Changing your eating habits might seem like a daunting task, but with these 5 simple steps, you can eat healthy, reduce global emissions and help the planet.
- Eat Less Meat
Meat production requires massive amounts of water and land–a key contributor to deforestation worldwide, most notably in the rainforests of Latin America.
- 14.5% of all greenhouse gases come from livestock.
- Every 18 seconds, approximately one hectare (100 acres) of the Amazon rainforest is lost to cattle ranchers.
- According to the Food and Agriculture Organization of the United Nations, nearly 70% of deforestation in Latin America is due to commercial agriculture.
- Half of all grain crops produced in the world are used to feed the world’s 65 billion farm animals instead of the 795 million people in the world who are starving.
- The less meat you eat, the lower your greenhouse gas emissions. CO2 emissions would decrease by 70% if the world’s meat-eaters were to go vegan.
- Choose Local & Seasonal Foods
The impact of food traveling long distances is massive, producing greenhouse gasses that cause global warming.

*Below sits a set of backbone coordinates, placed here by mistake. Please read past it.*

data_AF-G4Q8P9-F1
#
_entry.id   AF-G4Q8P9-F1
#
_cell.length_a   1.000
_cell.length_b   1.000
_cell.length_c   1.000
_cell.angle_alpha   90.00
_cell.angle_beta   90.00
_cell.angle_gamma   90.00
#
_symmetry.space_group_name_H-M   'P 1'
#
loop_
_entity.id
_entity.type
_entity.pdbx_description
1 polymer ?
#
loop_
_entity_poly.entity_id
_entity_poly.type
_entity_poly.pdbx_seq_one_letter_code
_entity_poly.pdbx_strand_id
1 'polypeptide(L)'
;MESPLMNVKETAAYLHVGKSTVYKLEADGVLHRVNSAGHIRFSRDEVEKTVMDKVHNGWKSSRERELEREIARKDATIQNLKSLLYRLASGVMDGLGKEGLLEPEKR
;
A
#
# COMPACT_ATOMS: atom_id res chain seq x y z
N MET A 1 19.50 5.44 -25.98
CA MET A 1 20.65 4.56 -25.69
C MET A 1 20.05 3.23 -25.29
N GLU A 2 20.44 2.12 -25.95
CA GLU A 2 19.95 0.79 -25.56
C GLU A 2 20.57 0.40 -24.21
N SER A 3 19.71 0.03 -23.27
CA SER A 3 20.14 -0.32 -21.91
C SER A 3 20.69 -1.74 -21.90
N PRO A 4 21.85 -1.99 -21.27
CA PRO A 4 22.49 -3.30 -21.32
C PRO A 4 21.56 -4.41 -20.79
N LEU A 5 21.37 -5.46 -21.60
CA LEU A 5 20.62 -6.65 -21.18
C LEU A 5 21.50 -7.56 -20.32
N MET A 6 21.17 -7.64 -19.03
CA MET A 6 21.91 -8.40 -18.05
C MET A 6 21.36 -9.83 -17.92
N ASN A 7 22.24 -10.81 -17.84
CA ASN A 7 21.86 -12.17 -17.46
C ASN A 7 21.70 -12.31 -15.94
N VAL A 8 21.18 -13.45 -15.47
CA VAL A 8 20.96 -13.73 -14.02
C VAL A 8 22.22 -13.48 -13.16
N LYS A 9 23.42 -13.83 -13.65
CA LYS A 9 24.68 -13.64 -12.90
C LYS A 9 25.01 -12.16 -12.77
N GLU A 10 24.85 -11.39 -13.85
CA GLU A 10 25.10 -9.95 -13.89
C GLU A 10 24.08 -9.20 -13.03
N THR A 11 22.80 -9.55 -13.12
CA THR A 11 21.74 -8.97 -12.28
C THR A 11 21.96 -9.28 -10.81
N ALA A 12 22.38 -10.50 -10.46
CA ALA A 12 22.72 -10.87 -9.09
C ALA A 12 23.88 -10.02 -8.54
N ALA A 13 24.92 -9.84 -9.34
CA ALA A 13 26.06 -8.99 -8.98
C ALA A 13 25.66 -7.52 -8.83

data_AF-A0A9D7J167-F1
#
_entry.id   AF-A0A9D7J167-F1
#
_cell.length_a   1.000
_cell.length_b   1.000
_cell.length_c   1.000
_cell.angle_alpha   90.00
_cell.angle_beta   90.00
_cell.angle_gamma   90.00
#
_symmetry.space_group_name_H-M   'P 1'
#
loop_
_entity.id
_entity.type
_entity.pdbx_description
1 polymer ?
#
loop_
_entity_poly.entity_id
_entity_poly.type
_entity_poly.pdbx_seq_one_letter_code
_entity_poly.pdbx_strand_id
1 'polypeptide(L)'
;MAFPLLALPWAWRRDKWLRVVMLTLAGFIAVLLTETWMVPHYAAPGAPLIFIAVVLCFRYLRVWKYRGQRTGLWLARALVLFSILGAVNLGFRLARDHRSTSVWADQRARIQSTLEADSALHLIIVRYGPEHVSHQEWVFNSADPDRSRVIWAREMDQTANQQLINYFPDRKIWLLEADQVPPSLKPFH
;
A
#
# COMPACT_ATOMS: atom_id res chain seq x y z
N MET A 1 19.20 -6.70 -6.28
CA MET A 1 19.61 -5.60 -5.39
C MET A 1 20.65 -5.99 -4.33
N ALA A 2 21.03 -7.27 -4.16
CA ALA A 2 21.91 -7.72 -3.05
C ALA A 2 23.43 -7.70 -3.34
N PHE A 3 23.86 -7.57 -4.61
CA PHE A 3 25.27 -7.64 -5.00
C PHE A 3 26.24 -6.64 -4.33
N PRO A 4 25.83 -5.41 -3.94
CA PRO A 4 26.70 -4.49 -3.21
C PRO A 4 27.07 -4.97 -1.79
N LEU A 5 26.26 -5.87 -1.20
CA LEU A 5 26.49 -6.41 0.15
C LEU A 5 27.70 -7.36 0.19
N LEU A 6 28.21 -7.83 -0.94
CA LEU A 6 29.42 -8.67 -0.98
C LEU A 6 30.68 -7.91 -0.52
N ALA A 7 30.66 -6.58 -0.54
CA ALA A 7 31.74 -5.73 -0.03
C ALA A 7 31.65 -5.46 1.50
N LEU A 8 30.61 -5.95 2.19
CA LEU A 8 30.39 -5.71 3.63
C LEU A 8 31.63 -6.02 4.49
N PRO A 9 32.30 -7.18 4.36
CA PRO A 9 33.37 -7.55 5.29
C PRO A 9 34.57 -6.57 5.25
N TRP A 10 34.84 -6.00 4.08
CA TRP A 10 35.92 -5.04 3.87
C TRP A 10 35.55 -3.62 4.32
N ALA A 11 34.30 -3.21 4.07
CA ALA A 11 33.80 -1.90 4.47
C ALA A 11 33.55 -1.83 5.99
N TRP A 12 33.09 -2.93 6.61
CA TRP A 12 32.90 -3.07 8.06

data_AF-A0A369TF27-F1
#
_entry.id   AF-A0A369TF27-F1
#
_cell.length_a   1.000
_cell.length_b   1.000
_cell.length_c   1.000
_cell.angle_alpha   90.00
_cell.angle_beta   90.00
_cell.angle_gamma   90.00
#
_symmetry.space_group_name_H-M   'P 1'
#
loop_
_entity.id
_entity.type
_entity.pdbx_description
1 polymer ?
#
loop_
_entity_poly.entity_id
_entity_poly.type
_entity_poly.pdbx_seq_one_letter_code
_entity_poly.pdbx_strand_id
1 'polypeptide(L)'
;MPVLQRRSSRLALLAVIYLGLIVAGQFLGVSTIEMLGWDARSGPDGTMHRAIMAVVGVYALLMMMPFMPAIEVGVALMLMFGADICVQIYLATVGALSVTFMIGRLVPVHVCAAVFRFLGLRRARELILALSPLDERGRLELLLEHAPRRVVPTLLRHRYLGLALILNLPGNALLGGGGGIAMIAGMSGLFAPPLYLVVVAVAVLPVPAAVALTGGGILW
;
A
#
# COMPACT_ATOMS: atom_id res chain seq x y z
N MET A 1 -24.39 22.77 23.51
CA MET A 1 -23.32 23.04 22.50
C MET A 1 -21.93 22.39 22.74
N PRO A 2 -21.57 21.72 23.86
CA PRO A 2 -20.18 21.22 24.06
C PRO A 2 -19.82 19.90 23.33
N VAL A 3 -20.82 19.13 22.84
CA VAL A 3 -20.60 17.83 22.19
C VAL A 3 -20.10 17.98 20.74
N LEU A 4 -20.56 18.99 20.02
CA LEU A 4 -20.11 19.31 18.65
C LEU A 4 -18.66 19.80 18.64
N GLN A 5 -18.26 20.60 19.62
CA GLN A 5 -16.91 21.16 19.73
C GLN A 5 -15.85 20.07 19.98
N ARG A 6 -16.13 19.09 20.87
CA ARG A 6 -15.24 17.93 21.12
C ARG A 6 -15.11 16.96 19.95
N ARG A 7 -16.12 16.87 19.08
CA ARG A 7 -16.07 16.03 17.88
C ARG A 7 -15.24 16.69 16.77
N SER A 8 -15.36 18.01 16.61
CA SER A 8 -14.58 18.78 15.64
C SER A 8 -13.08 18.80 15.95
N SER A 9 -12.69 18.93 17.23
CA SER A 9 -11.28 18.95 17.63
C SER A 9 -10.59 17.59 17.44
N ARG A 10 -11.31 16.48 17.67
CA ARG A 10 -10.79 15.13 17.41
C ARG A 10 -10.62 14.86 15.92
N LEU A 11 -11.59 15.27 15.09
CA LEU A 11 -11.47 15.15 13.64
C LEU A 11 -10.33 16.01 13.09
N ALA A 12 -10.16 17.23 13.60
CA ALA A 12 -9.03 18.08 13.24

Instead, choose local foods that have not traveled by plane or boat from another country or state. Other benefits to buying local are supporting local farmers and enjoying fresher foods often picked the same day.
For many of the same reasons, eating in-season foods is an environmentally-friendly choice. For example, eating strawberries in the middle of winter means choosing to buy food that has likely traveled many miles to get to your grocery store.
- Buy Organic Foods
Organic food is grown by farms that meet specific government standards and use environmentally-friendly agricultural methods–without toxic pesticides, fertilizers, hormones, unnatural feed, or antibiotics.
Organic food still has to travel long distances; however, the more demand increases, the more organic farming practices will grow. In the long run, this shift is good for us and the environment.
- Reduce Packaged Foods
Plastic packaging is the single largest contributor to global emissions.
Instead, buy locally at a farmers’ market, choose foods with plastic-free packaging, or shop at bulk stores.
- Eliminate Food Waste
1/3 of all food produced is wasted, making up about 11% of global emissions.
Food waste costs the U.S. $1 trillion per year and is the largest solid waste contributor to landfills. Creating methane–a gas with 25 times the global warming potential of carbon dioxide–food waste is responsible for severe damage to our climate, water, land, and biodiversity.
To fight food waste, make sure to store food properly, eat leftovers, and compost the rest.